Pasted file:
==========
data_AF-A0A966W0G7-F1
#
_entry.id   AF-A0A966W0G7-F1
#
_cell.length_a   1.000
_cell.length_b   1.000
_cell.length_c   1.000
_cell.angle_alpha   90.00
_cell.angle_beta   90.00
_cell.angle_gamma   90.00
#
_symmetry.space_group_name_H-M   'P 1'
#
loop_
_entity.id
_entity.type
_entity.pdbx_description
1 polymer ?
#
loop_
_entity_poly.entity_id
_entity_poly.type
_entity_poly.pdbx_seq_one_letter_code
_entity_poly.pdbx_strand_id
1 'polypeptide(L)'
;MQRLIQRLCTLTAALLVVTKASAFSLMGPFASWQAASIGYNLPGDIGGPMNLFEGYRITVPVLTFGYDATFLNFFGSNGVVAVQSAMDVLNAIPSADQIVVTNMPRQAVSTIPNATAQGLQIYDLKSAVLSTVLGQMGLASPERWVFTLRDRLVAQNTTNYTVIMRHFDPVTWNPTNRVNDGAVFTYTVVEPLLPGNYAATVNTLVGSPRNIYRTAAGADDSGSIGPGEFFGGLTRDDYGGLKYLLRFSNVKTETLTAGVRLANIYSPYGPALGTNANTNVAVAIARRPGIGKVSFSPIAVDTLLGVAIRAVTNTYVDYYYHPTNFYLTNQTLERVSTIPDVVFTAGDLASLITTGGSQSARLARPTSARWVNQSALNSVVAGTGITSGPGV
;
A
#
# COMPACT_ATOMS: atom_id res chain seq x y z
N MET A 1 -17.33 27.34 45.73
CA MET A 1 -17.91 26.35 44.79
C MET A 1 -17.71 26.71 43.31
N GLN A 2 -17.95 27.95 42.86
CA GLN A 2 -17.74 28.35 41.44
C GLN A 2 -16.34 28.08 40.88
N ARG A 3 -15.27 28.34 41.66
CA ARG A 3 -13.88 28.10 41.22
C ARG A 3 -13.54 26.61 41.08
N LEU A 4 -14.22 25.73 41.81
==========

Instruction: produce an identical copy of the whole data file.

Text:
data_AF-A0A966W0G7-F1
#
_entry.id   AF-A0A966W0G7-F1
#
_cell.length_a   1.000
_cell.length_b   1.000
_cell.length_c   1.000
_cell.angle_alpha   90.00
_cell.angle_beta   90.00
_cell.angle_gamma   90.00
#
_symmetry.space_group_name_H-M   'P 1'
#
loop_
_entity.id
_entity.type
_entity.pdbx_description
1 polymer ?
#
loop_
_entity_poly.entity_id
_entity_poly.type
_entity_poly.pdbx_seq_one_letter_code
_entity_poly.pdbx_strand_id
1 'polypeptide(L)'
;MQRLIQRLCTLTAALLVVTKASAFSLMGPFASWQAASIGYNLPGDIGGPMNLFEGYRITVPVLTFGYDATFLNFFGSNGVVAVQSAMDVLNAIPSADQIVVTNMPRQAVSTIPNATAQGLQIYDLKSAVLSTVLGQMGLASPERWVFTLRDRLVAQNTTNYTVIMRHFDPVTWNPTNRVNDGAVFTYTVVEPLLPGNYAATVNTLVGSPRNIYRTAAGADDSGSIGPGEFFGGLTRDDYGGLKYLLRFSNVKTETLTAGVRLANIYSPYGPALGTNANTNVAVAIARRPGIGKVSFSPIAVDTLLGVAIRAVTNTYVDYYYHPTNFYLTNQTLERVSTIPDVVFTAGDLASLITTGGSQSARLARPTSARWVNQSALNSVVAGTGITSGPGV
;
A
#
# COMPACT_ATOMS: atom_id res chain seq x y z
N MET A 1 -17.33 27.34 45.73
CA MET A 1 -17.91 26.35 44.79
C MET A 1 -17.71 26.71 43.31
N GLN A 2 -17.95 27.95 42.86
CA GLN A 2 -17.74 28.35 41.44
C GLN A 2 -16.34 28.08 40.88
N ARG A 3 -15.27 28.34 41.66
CA ARG A 3 -13.88 28.10 41.22
C ARG A 3 -13.54 26.61 41.08
N LEU A 4 -14.22 25.73 41.81